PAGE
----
Eating disorders may be divided into two categories--anorexia and bulimia.
Anorexia is usually defined as willful starvation--deliberate and obsessive starvation in the pursuit of thinness.
Bulimia is usually defined as a craving for food which often results in overeating followed by purging--either by vomiting, laxatives, or exercise.
Although most people who suffer from eating disorders are female, males also may become bulimic or anorexic.
Many of the symptoms of eating disorders are similar; however, each disorder
is somewhat different. If someone is anorexic, you might expect to see: an extremely
thin person; an over-achiever; a perfectionist; an isolated individual; loneliness;
black-white thinking; an obsessive preoccupation with food--obtaining, cooking,
and eating; all- encompassing fatigue; extreme sensitivity to cold; compulsive
exercise; distorted body image; and lack of menstrual period. If someone is
bulimic, you might expect to see: the use of food as a comforter; laxative or
diuretic abuse; heart palpitations; mood swings; constant concern about body
image and weight; quick trips to the bathroom after meals; dualistic thinking;
excessive exercise; some isolation; low self-esteem; and average body weight.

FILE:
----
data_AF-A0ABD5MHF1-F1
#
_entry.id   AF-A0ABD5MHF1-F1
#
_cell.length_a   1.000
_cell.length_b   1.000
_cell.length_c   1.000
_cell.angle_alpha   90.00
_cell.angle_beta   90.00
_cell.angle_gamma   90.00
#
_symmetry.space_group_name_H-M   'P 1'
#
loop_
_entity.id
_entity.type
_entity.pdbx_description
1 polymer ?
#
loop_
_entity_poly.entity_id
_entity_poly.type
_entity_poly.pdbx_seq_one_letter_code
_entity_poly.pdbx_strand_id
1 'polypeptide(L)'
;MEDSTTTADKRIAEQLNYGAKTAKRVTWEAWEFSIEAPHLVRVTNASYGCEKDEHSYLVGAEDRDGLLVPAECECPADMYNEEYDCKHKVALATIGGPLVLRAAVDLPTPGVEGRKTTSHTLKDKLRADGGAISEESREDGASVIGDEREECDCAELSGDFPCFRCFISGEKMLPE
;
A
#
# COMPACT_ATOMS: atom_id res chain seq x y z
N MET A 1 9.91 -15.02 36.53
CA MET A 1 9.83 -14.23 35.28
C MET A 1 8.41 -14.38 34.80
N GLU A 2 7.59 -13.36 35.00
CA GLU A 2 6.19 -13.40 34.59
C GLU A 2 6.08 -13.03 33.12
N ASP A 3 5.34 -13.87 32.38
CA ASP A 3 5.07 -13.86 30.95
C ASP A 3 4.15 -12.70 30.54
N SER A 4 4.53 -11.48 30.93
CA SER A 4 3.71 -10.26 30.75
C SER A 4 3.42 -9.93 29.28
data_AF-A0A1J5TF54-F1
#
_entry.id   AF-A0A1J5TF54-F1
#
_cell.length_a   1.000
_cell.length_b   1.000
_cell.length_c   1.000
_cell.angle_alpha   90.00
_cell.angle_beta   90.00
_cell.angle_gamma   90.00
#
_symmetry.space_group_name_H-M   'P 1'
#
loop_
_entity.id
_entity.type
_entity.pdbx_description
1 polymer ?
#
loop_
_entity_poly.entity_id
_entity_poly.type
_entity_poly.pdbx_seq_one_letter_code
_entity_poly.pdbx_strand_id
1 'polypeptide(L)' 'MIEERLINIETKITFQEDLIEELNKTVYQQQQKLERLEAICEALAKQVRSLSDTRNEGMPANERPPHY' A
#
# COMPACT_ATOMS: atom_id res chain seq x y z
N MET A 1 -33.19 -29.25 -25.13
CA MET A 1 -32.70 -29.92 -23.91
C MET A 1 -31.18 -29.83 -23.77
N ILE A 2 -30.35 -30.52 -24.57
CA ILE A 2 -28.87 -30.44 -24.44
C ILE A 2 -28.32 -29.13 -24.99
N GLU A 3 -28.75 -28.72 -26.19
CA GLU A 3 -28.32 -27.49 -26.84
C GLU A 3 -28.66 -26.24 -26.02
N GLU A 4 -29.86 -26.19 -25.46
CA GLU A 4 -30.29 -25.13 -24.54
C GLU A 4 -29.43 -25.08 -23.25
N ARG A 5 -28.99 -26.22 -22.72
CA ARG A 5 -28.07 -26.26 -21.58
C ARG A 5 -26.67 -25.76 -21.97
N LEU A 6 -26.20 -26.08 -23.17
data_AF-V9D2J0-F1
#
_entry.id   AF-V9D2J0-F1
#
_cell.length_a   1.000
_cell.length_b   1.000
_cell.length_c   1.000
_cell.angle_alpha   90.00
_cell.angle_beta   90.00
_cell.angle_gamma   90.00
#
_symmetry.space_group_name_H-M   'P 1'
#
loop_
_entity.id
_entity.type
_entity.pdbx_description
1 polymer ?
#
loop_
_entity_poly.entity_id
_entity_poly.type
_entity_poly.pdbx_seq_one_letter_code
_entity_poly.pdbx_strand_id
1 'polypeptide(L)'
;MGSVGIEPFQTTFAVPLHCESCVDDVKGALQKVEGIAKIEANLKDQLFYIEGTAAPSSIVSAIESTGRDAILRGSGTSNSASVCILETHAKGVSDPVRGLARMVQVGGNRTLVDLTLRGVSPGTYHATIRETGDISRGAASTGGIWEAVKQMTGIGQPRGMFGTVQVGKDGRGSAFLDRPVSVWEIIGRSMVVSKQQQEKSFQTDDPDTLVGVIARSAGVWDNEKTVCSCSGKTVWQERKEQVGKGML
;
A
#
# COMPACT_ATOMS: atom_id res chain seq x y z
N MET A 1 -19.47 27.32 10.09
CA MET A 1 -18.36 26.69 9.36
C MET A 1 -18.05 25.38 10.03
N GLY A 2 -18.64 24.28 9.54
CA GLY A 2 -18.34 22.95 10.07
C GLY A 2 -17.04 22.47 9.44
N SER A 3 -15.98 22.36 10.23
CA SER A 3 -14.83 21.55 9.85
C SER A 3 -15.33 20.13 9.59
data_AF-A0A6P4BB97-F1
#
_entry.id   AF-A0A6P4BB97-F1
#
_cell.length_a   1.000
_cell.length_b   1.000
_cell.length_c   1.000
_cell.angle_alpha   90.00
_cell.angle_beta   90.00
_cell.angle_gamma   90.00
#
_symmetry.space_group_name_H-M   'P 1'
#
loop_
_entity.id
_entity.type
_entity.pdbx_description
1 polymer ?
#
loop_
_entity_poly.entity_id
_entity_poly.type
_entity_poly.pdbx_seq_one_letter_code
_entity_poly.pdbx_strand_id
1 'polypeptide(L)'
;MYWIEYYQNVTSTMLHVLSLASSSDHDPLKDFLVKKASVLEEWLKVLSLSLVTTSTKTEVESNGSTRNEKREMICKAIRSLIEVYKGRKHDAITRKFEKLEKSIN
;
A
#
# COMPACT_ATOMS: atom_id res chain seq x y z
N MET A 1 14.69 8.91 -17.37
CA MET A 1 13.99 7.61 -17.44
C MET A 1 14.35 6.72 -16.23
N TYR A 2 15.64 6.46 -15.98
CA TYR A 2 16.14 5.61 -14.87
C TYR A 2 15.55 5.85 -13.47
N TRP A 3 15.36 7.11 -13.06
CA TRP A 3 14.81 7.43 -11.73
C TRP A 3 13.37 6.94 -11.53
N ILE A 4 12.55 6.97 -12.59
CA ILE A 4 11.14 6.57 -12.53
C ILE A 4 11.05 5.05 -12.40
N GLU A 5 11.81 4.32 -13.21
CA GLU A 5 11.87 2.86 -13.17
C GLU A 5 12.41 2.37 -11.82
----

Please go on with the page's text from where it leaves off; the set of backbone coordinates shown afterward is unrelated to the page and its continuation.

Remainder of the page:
Both forms of eating disorders are dangerous to good health and can cause major
problems, both now and in the future. Some of the immediate physical complaints
include constantly feeling cold, bloodshot eyes with dark circles, finger calluses,
dizziness, weakness, lackluster hair, moodiness, insomnia, no menstruation,
swollen glands, weight loss, sore throat, or dry skin. Some of the long-term
effects include extreme weight loss, gastrointestinal pain, diarrhea and/or
constipation, malnutrition, loss of tooth enamel, metabolism disruption, heart
attack, electrolyte imbalance, permanent damage to internal organs, kidney failure,
How to help...
If you suspect that a friend has an eating disorder, please remember that help is available at the Counseling Center. The following suggestions may also help you to help your friend.
Overeaters Anonymous (OA)
Information about eating disorders at Mental Health.Net
The Center for Eating Disorders
at Sheppard Pratt in Towson, MD
Beyond Physical Appearances: A Guide to Anorexia - an overview about anorexia, with links to other resources.
National Eating Disorders Association
603 Stewart St., Suite 803, Seattle, WA 98101
Our cultural obsession with thinness coupled with a distorted standard of beauty, which we are bombarded with on a daily basis in the media, has left many women unhappy with their bodies. These are just a few links to get you thinking about the impact of media on body image and self-esteem.
Airbrushing in catalogs - To quote Jennifer Aniston "The media create this wonderful illusion-but the amount of airbrushing that goes into those beauty magazines, the hours of hair and makeup! It's impossible to live up to, because it's not real."
MamaVision - support site run by a former model, she's left her disordered eating in the past and posts her thoughts on our society's obsession with thinness.
Evolution - from Dove's Campaign for Real Beauty
Onslaught - another Dove video